Thursday, February 29, 2024
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As major tech CEOs prepare to testify about protecting children on social media, one mother is suing over her daughter’s suicide


For Tammy Rodriguez, children’s online safety is literally a matter of life and death. Her 11-year-old daughter, Selena, committed suicide after an extreme addiction to social media led to sexual exploitation by online predators.

“I had no idea it could come to this. I would have never let her have it in the beginning,” Rodriguez told CBS News. “These are all things that are all hidden in the background. You know, it seems like these big tech companies know exactly how to make this work for them. And parents don’t know what’s going on.”

Rodriguez said her daughter’s relationship with social media “started out very innocently.”

“I would let her take photos on Snapchat, you know, with the photos with the filters, and we would save them on the phone, and you know, it was nothing more,” she said. “Or TikTok? I’d let her do the dances and it would just save in the drafts, which was nice. It was all private. I made sure it was all private there.”

But, she says, things then spiraled out of control.

“There were nights where she had four devices open around her on the bed and something was happening in all of them,” Rodriguez said.

She said she only learned after her daughter’s death, when lawyers were able to obtain the information, that Selena had seven Instagram accounts.

“I had no idea there were seven Instagram accounts,” she said. “And she had men contacting her to exploit her.”

The Senate Judiciary Committee summoned the CEOs of TikTok, Snap, Meta, X and Discord to testify about what it called their “failure to protect children online.”

Democratic Committee Chairman Sen. Dick Durbin and Republican member Sen. Lindsey Graham spoke with CBS News for an exclusive joint interview.

“Parents are fighting a losing battle,” Durbin said. “Parents who are doing their best can’t keep up with this technology. And these companies have a unique responsibility to control that.”

The senators, who are on opposite sides of the aisle and hold seats on a notoriously partisan committee, both noted that concerns about social media are found across the political spectrum.

“It’s certainly an issue that transcends politics,” Durbin said. “This is personal. This is for families. There is so much child sexual exploitation on the Internet that I think everyone feels we need to do something, and quickly.”

Graham said he had “never seen so many people from different backgrounds and different political leanings feeling helpless, begging us to do something.”

The senators’ goal is to pass comprehensive regulations and amend Section 230, a law that protects most tech giants from lawsuits from users.

“I can’t believe that in America, in 2024, the biggest business in human history, social media, is not regulated,” Graham said. “There isn’t a single law protecting consumers. And you can’t sue them!”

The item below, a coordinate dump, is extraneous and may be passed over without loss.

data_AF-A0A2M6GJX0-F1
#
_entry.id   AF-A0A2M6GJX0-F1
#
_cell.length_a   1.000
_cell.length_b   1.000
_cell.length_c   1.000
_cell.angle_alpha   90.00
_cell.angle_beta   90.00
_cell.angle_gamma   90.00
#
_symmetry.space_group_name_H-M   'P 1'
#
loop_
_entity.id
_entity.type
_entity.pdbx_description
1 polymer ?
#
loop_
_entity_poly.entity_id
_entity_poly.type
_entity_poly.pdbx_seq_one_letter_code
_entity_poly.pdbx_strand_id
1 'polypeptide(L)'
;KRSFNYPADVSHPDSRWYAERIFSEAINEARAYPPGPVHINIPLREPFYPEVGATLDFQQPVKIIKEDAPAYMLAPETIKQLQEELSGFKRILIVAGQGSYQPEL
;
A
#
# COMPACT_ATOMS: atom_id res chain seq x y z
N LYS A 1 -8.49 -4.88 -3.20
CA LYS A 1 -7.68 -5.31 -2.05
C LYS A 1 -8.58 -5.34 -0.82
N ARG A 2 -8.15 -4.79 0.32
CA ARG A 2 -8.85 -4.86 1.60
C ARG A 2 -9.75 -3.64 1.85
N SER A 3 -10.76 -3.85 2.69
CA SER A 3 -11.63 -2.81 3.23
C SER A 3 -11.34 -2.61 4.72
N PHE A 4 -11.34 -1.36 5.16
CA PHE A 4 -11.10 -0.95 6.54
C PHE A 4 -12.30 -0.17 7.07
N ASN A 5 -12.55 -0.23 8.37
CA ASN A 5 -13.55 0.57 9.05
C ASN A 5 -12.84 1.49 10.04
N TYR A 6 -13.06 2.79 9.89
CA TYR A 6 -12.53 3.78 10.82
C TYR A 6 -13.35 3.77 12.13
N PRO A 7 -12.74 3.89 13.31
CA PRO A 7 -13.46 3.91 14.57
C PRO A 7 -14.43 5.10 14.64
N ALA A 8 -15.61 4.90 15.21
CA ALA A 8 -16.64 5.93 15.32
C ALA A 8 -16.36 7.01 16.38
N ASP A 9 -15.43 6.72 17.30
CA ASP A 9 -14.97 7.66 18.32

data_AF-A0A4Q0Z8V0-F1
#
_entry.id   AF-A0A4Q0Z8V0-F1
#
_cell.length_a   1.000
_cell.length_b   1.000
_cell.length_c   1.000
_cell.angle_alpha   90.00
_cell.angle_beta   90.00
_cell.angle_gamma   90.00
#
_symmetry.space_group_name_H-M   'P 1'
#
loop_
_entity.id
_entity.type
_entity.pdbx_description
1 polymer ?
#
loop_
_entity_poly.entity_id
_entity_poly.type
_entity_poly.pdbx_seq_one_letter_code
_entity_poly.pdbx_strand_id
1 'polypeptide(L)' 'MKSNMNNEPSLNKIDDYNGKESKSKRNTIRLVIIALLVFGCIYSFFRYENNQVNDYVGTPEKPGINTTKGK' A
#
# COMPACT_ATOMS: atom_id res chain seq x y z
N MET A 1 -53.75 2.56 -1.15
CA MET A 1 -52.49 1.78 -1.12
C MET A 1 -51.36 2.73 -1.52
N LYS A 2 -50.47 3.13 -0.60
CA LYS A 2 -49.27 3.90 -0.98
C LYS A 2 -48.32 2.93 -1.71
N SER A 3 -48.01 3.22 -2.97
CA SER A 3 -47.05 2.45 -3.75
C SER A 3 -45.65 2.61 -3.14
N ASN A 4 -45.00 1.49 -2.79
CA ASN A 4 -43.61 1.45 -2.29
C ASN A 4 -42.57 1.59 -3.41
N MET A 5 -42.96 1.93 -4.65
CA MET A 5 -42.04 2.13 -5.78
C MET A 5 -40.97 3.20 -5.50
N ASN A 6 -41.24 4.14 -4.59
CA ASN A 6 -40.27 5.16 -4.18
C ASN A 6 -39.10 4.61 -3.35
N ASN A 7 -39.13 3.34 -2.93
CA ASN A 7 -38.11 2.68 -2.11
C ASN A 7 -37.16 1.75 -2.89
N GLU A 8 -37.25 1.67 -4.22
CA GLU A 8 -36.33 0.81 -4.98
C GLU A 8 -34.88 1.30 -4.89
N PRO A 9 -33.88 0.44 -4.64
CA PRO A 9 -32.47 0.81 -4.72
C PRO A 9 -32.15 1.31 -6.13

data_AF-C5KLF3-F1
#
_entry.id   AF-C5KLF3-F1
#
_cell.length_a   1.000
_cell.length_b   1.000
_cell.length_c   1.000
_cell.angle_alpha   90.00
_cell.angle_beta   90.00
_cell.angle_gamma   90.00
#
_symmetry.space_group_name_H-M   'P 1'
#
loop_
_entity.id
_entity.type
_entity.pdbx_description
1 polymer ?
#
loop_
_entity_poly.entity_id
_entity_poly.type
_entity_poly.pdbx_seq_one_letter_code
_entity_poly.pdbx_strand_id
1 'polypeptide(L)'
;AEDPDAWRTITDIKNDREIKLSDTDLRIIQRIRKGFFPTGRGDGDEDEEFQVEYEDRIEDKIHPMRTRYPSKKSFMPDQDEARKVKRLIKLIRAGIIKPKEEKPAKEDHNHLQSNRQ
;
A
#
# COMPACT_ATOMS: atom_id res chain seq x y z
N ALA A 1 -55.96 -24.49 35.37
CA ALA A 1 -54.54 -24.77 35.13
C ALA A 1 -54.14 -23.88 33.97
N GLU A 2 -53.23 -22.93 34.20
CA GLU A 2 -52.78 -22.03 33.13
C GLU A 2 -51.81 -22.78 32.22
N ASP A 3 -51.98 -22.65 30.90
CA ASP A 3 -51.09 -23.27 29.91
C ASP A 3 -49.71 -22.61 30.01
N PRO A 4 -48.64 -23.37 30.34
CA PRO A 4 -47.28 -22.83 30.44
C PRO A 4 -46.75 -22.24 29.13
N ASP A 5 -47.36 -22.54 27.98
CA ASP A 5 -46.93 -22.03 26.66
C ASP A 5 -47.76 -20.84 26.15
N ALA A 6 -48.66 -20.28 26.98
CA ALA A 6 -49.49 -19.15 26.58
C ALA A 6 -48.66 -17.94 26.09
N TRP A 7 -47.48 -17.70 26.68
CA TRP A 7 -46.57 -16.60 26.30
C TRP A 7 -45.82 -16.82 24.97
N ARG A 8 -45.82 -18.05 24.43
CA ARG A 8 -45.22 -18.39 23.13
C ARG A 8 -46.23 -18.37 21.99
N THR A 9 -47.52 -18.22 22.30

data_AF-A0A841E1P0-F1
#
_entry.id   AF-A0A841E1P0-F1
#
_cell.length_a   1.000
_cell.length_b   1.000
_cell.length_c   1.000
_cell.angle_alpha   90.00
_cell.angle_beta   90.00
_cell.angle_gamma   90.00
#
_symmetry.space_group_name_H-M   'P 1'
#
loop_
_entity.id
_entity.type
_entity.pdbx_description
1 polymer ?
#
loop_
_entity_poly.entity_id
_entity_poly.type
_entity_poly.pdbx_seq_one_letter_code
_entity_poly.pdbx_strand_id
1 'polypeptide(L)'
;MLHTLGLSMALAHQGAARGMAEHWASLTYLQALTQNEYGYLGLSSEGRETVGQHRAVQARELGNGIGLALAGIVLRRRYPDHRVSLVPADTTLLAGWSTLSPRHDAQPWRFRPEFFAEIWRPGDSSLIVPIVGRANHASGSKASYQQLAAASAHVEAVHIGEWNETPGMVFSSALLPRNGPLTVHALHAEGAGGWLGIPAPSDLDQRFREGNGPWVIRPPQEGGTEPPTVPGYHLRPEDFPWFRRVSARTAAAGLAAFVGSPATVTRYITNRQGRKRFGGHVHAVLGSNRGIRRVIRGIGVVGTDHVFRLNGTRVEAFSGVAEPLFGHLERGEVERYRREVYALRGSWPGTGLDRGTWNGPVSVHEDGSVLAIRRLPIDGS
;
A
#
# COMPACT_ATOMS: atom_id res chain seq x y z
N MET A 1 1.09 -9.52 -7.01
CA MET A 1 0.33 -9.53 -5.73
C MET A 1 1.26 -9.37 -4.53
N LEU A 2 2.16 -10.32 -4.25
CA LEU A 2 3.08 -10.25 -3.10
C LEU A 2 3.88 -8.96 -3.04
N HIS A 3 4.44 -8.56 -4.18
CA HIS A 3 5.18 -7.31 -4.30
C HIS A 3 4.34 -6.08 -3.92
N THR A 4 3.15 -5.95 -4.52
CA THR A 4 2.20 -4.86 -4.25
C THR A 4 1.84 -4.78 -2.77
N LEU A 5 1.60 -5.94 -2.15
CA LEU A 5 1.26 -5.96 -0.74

Rodriguez, however, filed a wrongful death lawsuit against Meta and Snap, with support from the Social Media Victims Law Center. The lawsuit alleges that the companies designed “defective products that caused serial injuries to users.”

“They need to be held accountable to Congress, and they need to be held accountable to the families who have lost a child at their hands,” she said.

A spokesperson for Meta told CBS News in a statement: “We want to reassure all parents that we have their best interests at heart in the work we do to help provide safe online experiences for teens. We’ve developed over 30 tools and features to do this, including ways for parents to set time limits for their teens on our apps, age verification technology, automatic banning of teens under 16-year-olds from receiving direct messages from people they don’t follow and sending notifications encouraging teens to take regular breaks are complex issues, but we will continue to work with experts and listen to parents to develop new tools, features and policies that are effective and meet the needs of adolescents and their families.

A Snap spokesperson said in a statement: “Snapchat was designed differently than other social media platforms because nothing is more important to us than the well-being of our community. Our app opens directly to a camera rather than a content stream which encourages passivity. scrolling and is mainly used to help real friends communicate.

“While we will always have more work to do, we are pleased with the role Snapchat plays in helping our friends feel connected, informed, happy, and prepared for the many challenges of adolescence,” the spokesperson said. .

Durbin acknowledged that revamping the laws governing social media “is not an easy task. But the fact is we are going to do something.”

Rodriguez will watch.

“We are now the voice of Selena,” she said.

If you or someone you know is in emotional distress or suicidal crisis, you can reach the 988 Suicide & Crisis lifeline by calling or texting 988. You can also chat with the 988 Suicide lifeline & Crisis here.

For more information about mental health care resources and support, the National Alliance on Mental Illness (NAMI) Helpline can be reached Monday through Friday, 10 a.m. to 10 p.m. ET, at 1-800-950-NAMI (6264), by texting “HelpLine” to 62640, or by email to helpline@nami.org.



Note: The content and images used in this article is rewritten and sourced from www.cbsnews.com

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